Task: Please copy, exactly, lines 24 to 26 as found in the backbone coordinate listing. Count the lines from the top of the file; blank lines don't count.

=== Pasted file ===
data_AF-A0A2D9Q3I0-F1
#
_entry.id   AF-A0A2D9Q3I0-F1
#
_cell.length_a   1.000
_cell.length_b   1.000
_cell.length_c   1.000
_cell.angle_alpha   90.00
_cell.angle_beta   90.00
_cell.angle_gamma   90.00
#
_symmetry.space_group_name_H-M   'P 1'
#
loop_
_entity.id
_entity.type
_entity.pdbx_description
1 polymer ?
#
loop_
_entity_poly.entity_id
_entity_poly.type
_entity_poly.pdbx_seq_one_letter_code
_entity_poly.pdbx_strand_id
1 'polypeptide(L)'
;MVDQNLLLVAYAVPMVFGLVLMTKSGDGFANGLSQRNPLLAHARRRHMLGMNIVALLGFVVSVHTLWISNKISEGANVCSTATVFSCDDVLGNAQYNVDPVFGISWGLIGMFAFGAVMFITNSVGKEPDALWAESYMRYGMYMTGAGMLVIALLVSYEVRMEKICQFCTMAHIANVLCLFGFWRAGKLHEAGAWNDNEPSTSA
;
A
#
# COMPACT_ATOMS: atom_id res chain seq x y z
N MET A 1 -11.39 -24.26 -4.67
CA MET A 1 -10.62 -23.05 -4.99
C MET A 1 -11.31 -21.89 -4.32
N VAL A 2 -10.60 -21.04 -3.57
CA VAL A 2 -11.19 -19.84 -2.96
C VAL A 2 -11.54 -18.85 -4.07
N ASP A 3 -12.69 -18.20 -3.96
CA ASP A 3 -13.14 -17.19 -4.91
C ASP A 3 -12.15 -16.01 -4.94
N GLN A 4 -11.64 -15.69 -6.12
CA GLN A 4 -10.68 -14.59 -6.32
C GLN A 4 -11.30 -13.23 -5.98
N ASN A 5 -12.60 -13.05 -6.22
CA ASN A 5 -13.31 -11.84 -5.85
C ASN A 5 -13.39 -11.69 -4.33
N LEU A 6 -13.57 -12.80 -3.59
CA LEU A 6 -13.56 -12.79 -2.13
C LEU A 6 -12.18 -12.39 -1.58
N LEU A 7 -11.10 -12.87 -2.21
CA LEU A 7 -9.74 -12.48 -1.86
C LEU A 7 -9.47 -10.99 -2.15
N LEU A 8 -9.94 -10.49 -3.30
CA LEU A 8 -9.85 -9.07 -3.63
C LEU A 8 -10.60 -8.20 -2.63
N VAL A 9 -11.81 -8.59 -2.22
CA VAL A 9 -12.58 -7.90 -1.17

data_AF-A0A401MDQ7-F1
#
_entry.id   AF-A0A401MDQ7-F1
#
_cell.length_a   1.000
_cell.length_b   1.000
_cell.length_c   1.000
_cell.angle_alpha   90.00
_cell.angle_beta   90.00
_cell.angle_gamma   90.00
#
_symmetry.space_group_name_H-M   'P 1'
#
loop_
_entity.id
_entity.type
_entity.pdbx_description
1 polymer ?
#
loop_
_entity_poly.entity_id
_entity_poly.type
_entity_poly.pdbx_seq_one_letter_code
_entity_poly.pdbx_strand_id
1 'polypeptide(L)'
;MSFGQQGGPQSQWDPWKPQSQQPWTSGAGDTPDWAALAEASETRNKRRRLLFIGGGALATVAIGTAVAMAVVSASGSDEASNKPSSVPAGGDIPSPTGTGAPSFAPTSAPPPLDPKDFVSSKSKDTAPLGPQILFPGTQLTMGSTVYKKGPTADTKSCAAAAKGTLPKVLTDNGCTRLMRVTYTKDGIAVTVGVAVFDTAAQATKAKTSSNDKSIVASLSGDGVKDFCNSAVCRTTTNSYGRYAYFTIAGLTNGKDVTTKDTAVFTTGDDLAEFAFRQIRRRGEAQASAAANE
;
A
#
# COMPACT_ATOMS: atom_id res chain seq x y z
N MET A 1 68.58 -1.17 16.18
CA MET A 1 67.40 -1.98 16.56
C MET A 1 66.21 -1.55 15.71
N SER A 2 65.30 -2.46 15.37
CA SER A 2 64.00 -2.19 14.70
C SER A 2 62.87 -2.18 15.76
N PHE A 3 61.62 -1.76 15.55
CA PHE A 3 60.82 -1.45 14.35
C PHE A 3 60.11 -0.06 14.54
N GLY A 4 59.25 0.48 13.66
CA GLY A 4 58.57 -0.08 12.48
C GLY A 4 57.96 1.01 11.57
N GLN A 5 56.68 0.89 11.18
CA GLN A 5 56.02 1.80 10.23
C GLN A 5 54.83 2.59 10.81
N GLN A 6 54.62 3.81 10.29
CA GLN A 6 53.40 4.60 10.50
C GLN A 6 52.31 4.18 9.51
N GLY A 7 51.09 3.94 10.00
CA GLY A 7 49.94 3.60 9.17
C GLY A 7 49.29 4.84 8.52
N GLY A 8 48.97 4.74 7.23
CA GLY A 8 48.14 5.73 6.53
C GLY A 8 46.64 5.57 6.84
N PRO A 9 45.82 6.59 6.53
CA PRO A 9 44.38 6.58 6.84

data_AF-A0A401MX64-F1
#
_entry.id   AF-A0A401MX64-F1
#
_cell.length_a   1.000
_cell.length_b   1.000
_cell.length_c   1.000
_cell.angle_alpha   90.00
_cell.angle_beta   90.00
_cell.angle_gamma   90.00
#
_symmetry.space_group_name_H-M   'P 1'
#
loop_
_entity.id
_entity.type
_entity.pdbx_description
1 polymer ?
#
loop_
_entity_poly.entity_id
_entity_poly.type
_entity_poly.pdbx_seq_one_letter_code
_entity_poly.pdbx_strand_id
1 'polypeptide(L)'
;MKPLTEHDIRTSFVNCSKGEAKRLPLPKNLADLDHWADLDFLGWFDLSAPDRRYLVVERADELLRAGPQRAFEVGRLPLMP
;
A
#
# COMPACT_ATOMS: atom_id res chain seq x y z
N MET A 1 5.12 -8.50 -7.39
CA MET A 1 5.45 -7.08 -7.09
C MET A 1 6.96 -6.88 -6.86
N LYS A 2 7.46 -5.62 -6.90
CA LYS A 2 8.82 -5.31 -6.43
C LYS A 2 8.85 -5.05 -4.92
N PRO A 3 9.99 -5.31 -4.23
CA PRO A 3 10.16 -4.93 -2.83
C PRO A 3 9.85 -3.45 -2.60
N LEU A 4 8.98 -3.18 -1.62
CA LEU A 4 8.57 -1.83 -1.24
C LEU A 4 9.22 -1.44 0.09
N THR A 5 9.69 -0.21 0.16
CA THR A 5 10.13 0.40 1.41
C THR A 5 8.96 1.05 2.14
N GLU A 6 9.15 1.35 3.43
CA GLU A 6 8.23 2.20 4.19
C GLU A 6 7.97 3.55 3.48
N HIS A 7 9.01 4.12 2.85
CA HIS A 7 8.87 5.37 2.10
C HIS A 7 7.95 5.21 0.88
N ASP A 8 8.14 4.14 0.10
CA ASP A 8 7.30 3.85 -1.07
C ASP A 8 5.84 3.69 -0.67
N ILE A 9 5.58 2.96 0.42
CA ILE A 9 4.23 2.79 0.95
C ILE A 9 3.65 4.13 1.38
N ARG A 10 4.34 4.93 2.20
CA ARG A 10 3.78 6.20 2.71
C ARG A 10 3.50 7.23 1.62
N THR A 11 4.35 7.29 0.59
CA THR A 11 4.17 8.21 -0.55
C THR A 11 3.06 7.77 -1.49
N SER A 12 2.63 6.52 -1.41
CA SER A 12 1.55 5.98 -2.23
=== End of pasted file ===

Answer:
_entity_poly.pdbx_strand_id
1 'polypeptide(L)'
;MVDQNLLLVAYAVPMVFGLVLMTKSGDGFANGLSQRNPLLAHARRRHMLGMNIVALLGFVVSVHTLWISNKISEGANVCSTATVFSCDDVLGNAQYNVDPVFGISWGLIGMFAFGAVMFITNSVGKEPDALWAESYMRYGMYMTGAGMLVIALLVSYEVRMEKICQFCTMAHIANVLCLFGFWRAGKLHEAGAWNDNEPSTSA